You’ve likely heard how important it is to check the weather forecast before heading out on a hike, regardless of the season. This allows you to put the right hiking clothes into your pack, as well as any other gear you may need, and ultimately makes for a much better hiking experience.
However, when you’re hiking, the different ranges in elevation or temperature throughout the day can lead to abrupt weather changes that could catch you off guard. This may result in anything from a slight chilly breeze to a 10-minute downpour. But even these abrupt changes always come with some form of warning, so if you can read the clouds and sky right, it could help keep you prepared on the trail.
You don’t have to have years of experience in the outdoors to be able to spot some of the most common cloud formations that typically signal changing weather. How clouds form is a direct result of atmospheric changes, so they’re an excellent indicator of things to come.
Picture this: You’re hiking along a ridge with blue sky all around you, but when you look to a peak in the distance, you see an oval-shaped cloud hovering above the summit. Some have said this cloud formation, known as a “lenticular cloud,” looks like a UFO. Often, you’ll see multiple lens-shaped formations that appear to stack on top of each other, creating a ripple. These clouds are a sure sign that the wind is picking up in the distance, and that moist air is building up, too.
If you’re headed toward the summit with this type of cloud over it, foul weather could be anywhere from six to 18 hours away. This gives you plenty of time to throw on your fleece, men’s or women’s rain jacket, or any other wind and rain gear you may need.
One of the most recognizable and telltale signs of a dangerous thunderstorm is the classic thunderhead. Known as “cumulonimbus clouds” to meteorologists, these clouds are flat at the bottom and have huge blooms rising vertically. At the top, they typically resemble an anvil.
If you’re out on a day hike, you may want to turn around and head back to the car or camp when you see such a cloud formation. These typically result in heavy rains and dangerous lightning and thunder, and can even spawn more serious weather threats, such as tornadoes.
If you see lightning in the distance, you can estimate how far the strike was from you by counting the seconds between the flash and the first crack of thunder. Every five seconds that passes equals about a mile, so if you count 10 seconds, the lightning struck two miles away. If you do see lightning, it’s extremely important to get off a peak or ridge immediately.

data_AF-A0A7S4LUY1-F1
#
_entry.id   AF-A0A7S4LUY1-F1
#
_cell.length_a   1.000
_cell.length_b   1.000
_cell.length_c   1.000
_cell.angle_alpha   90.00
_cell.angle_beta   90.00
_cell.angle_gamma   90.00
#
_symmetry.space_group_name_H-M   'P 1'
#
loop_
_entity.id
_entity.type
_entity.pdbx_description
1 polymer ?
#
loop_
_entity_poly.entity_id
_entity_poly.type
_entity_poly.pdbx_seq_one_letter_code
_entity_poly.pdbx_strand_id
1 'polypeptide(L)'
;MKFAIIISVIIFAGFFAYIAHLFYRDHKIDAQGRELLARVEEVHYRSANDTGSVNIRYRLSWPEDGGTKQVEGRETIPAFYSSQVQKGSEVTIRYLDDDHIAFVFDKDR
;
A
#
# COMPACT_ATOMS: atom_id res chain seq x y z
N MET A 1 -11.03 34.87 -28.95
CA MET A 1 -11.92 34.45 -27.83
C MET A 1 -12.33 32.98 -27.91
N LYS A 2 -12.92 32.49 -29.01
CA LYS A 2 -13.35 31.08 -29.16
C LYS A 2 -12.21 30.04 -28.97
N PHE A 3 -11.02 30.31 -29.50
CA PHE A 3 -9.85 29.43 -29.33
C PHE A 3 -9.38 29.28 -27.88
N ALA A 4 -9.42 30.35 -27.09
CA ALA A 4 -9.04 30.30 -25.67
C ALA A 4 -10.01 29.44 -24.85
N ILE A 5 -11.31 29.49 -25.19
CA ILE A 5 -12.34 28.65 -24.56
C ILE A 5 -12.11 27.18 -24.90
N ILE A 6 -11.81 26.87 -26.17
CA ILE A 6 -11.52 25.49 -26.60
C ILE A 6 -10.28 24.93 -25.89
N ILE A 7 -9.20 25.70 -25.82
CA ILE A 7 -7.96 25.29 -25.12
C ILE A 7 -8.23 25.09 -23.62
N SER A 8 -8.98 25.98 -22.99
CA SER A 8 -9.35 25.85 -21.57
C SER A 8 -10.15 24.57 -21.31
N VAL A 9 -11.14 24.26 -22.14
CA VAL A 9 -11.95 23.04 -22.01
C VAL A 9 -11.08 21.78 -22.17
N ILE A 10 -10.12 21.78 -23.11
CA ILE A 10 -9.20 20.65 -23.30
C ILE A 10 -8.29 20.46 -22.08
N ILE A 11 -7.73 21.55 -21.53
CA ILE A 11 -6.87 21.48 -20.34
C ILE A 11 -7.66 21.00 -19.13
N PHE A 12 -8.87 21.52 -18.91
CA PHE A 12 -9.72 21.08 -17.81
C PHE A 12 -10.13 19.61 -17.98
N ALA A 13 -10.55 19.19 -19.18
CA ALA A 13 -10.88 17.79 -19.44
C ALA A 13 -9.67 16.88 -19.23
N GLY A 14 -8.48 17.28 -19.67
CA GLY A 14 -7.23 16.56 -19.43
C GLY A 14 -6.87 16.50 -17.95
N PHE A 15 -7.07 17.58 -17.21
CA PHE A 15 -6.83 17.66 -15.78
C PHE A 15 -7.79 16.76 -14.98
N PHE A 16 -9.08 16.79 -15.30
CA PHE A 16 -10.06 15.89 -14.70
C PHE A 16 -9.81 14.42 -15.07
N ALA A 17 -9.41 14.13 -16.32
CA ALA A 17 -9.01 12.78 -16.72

Look to the Sky
In addition to cloud formations, you can tell what kind of weather is approaching by how the sky looks overall. If you see clouds that appear to be extremely high in the sky, wispy, and far from each other, it could indicate a cold front or low-pressure system is headed your way. If moisture is in the air, it can sometimes look like a ring around the sun or moon, and could signal that rain is on the way.
If all of this is followed by thick, low clouds over the course of 48 hours, there’s a good chance that it could start to rain in the next half day, making it a great time to pack up the camping tents.
You’ve probably heard your local meteorologist talk about barometric pressure, and it’s actually easier to understand than you may think. Try throwing an altimeter into your hiking gear, even if the trail doesn’t call for major changes in elevation.
These devices use changes in air pressure (which occur any time you change elevation) to factor your altitude. Rapid declines in air pressure are a sure sign of changing weather conditions, so if your altimeter plummets unexpectedly, you can take note of this and look for any changes in the clouds or skies.
Don’t Forget to Prep
Even if you enter the wilderness armed with extensive knowledge of clouds, storms, and cold fronts, if you don’t take the right hiking gear, then that knowledge will just go to waste.
Even on summer hikes, always keep at least a lightweight fleece and waterproof, breathable rain jacket in your hiking backpack. This is especially true for any hikes that take you up in elevation, as it will nearly always be significantly cooler at the top of the mountain than it is at the base. It’s in these areas, too, that weather tends to shift most dramatically.
It’s always best to check the official weather forecast before you go, but knowing what the changes look like can be a great skill on any hiking trip.
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